Talk

“The God’s Wife of Amun (Dynasty 23-26): Rise to Power & Assumption of the Priesthood.” Dr Mariam Ayad

For the May 2021 meeting of the Essex Egyptology Group Dr Mariam Ayad talked to us on Zoom about the God’s Wives of Amun, which she has published a book on: God’s Wife, God’s Servant. The focus of her talk was to be the God’s Wives who held the office during the Third Intermediate Period and into the Late Period, but she began by tracing the history of the title before that. The earliest evidence for the titles is in connection with Ahmose-Nefertari at the very beginning of the 18th Dynasty, on a donation stela at Karnak. She’s shown wearing the crown which is later associated with the God’s Wife of Amun and the text gives her a series of titles including that of God’s Wife of Amun, alongside Chief Royal Wife. The text discusses her husband Ahmose purchasing the title of Second Priest of Amun for her, and she… Read More »“The God’s Wife of Amun (Dynasty 23-26): Rise to Power & Assumption of the Priesthood.” Dr Mariam Ayad

“Wadi el Jarf: The Harbour of King Khufu on the Red Sea Shore and its Papyrological Archive” Professor Pierre Tallet

At the beginning of April Pierre Tallet talked to the Essex Egyptology Group via Zoom about his team’s work at the harbour of Wadi el Jarf including the papyrus archive that they have found at the site. He talked to us live from Cairo – the team are currently on site at Wadi el Jarf in their 11th season of excavations, but he had returned from Cairo for the day to make sure he had a stable enough internet connection for the talk. He began by setting the scene – there are three Ancient Egyptian harbours known on the Red Sea coast of Egypt. As well as Wadi el Jarf there is another harbour to the north at Ayn Soukhna (where he has also excavated), and one to the south called Mersa Gawasis which has been known since 1976. These harbours let us know how the Egyptians got to the… Read More »“Wadi el Jarf: The Harbour of King Khufu on the Red Sea Shore and its Papyrological Archive” Professor Pierre Tallet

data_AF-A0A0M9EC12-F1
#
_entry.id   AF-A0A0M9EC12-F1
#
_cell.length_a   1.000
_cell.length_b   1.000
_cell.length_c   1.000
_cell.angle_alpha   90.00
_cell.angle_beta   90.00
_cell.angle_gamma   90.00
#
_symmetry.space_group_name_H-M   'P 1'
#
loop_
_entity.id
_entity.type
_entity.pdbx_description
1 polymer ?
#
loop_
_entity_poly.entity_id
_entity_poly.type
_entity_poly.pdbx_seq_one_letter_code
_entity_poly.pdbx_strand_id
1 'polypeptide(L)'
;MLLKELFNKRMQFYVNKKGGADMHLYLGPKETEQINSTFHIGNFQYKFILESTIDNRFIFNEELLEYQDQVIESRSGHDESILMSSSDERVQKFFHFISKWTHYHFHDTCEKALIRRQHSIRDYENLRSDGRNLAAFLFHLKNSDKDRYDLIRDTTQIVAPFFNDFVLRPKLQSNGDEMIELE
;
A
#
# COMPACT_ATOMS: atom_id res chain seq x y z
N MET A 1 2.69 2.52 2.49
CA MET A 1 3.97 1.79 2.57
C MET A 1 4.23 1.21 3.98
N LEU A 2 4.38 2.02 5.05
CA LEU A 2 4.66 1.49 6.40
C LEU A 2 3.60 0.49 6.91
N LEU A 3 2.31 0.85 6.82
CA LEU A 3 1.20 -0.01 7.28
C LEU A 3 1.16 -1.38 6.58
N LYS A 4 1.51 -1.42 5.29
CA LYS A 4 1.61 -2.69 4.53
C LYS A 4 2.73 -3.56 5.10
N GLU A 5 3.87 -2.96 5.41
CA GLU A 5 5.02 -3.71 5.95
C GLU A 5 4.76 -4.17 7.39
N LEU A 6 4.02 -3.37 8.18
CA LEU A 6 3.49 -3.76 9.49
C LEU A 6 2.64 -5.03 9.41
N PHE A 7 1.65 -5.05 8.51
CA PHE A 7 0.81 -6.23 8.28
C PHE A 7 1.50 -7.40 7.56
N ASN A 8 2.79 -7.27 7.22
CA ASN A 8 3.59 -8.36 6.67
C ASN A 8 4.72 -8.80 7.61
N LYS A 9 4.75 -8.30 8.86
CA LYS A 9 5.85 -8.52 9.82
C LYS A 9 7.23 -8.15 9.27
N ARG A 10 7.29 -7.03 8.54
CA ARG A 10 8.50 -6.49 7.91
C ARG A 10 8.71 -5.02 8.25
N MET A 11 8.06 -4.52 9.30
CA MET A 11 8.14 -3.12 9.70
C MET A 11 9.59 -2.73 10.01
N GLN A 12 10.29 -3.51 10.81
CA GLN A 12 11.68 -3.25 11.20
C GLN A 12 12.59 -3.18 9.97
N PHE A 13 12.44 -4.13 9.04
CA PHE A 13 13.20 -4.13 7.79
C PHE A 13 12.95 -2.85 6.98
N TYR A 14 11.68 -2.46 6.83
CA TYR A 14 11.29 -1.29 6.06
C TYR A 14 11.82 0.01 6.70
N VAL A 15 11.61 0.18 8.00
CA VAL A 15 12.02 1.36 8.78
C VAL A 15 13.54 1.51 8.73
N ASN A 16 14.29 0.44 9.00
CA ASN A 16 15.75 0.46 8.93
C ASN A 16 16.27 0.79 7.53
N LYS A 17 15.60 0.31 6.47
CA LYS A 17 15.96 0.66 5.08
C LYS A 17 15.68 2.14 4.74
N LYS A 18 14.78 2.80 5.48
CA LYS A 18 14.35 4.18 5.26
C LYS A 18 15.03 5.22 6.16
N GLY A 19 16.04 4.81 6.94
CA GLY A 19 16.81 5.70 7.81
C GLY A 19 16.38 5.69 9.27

“The Life Cycle of Theban Tomb 16” Dr Suzanne Onstine

At the beginning of March Suzanne Onstine came to talk to us (via Zoom) at the Essex Egyptology Group about her team’s work at Theban Tomb 16, where they have been working since 2008. She told us that she chose the title of her talk to emphasise how they are looking at all of the phases of use of this tomb. There’s a tendency in Egyptology to only consider the initial occupant of a tomb – so for this tomb that would imply that only the original Ramesside occupier was important. But she feels that even though that is one thing that needs investigation it’s also important to study the other phases of the life cycle of the tomb – later re-use, and even the looting. All of the phases are interesting and important, not just the initial burial. Theban Tomb 16 is in Dra Abu el-Naga near the road… Read More »“The Life Cycle of Theban Tomb 16” Dr Suzanne Onstine